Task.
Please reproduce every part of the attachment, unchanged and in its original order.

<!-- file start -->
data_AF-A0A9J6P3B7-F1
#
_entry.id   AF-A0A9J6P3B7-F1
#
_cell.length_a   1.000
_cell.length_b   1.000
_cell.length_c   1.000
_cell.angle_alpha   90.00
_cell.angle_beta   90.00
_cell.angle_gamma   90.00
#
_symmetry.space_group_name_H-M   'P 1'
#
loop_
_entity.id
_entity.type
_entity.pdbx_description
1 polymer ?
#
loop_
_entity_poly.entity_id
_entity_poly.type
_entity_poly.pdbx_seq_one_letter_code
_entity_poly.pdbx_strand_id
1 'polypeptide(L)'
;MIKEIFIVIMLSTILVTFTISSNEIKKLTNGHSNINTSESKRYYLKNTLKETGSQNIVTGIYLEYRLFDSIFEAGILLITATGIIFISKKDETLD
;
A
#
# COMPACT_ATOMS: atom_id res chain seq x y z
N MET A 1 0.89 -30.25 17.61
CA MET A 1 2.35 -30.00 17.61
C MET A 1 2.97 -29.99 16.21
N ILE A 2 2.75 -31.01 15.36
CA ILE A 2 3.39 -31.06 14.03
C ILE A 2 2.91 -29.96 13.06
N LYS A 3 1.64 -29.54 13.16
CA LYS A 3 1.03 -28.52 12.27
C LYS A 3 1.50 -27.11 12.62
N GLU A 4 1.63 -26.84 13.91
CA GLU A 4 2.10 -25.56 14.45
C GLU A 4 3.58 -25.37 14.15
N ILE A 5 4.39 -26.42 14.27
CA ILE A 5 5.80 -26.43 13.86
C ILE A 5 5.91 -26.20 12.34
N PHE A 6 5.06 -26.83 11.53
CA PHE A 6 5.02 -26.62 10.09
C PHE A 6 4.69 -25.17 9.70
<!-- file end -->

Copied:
data_AF-A0A9J6P3B7-F1
#
_entry.id   AF-A0A9J6P3B7-F1
#
_cell.length_a   1.000
_cell.length_b   1.000
_cell.length_c   1.000
_cell.angle_alpha   90.00
_cell.angle_beta   90.00
_cell.angle_gamma   90.00
#
_symmetry.space_group_name_H-M   'P 1'
#
loop_
_entity.id
_entity.type
_entity.pdbx_description
1 polymer ?
#
loop_
_entity_poly.entity_id
_entity_poly.type
_entity_poly.pdbx_seq_one_letter_code
_entity_poly.pdbx_strand_id
1 'polypeptide(L)'
;MIKEIFIVIMLSTILVTFTISSNEIKKLTNGHSNINTSESKRYYLKNTLKETGSQNIVTGIYLEYRLFDSIFEAGILLITATGIIFISKKDETLD
;
A
#
# COMPACT_ATOMS: atom_id res chain seq x y z
N MET A 1 0.89 -30.25 17.61
CA MET A 1 2.35 -30.00 17.61
C MET A 1 2.97 -29.99 16.21
N ILE A 2 2.75 -31.01 15.36
CA ILE A 2 3.39 -31.06 14.03
C ILE A 2 2.91 -29.96 13.06
N LYS A 3 1.64 -29.54 13.16
CA LYS A 3 1.03 -28.52 12.27
C LYS A 3 1.50 -27.11 12.62
N GLU A 4 1.63 -26.84 13.91
CA GLU A 4 2.10 -25.56 14.45
C GLU A 4 3.58 -25.37 14.15
N ILE A 5 4.39 -26.42 14.27
CA ILE A 5 5.80 -26.43 13.86
C ILE A 5 5.91 -26.20 12.34
N PHE A 6 5.06 -26.83 11.53
CA PHE A 6 5.02 -26.62 10.09
C PHE A 6 4.69 -25.17 9.70